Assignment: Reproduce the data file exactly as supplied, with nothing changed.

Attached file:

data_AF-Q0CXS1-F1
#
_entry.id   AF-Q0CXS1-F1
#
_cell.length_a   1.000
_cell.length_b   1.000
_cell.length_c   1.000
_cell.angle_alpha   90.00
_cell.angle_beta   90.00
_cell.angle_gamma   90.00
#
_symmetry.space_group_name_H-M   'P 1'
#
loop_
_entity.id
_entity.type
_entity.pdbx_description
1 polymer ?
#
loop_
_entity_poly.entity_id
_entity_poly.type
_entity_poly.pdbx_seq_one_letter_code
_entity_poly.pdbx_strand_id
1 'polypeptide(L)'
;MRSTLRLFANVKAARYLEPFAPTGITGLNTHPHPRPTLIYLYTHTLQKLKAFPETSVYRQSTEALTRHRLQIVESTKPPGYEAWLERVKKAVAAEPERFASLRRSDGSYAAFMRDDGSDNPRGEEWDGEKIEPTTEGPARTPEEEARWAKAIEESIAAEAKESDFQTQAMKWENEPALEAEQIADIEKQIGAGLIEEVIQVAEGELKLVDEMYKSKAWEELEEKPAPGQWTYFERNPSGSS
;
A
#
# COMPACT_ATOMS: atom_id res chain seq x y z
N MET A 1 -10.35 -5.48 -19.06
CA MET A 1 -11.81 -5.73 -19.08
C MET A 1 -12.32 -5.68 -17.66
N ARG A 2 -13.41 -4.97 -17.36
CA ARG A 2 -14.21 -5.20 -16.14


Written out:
data_AF-Q0CXS1-F1
#
_entry.id   AF-Q0CXS1-F1
#
_cell.length_a   1.000
_cell.length_b   1.000
_cell.length_c   1.000
_cell.angle_alpha   90.00
_cell.angle_beta   90.00
_cell.angle_gamma   90.00
#
_symmetry.space_group_name_H-M   'P 1'
#
loop_
_entity.id
_entity.type
_entity.pdbx_description
1 polymer ?
#
loop_
_entity_poly.entity_id
_entity_poly.type
_entity_poly.pdbx_seq_one_letter_code
_entity_poly.pdbx_strand_id
1 'polypeptide(L)'
;MRSTLRLFANVKAARYLEPFAPTGITGLNTHPHPRPTLIYLYTHTLQKLKAFPETSVYRQSTEALTRHRLQIVESTKPPGYEAWLERVKKAVAAEPERFASLRRSDGSYAAFMRDDGSDNPRGEEWDGEKIEPTTEGPARTPEEEARWAKAIEESIAAEAKESDFQTQAMKWENEPALEAEQIADIEKQIGAGLIEEVIQVAEGELKLVDEMYKSKAWEELEEKPAPGQWTYFERNPSGSS
;
A
#
# COMPACT_ATOMS: atom_id res chain seq x y z
N MET A 1 -10.35 -5.48 -19.06
CA MET A 1 -11.81 -5.73 -19.08
C MET A 1 -12.32 -5.68 -17.66
N ARG A 2 -13.41 -4.97 -17.36
CA ARG A 2 -14.21 -5.20 -16.14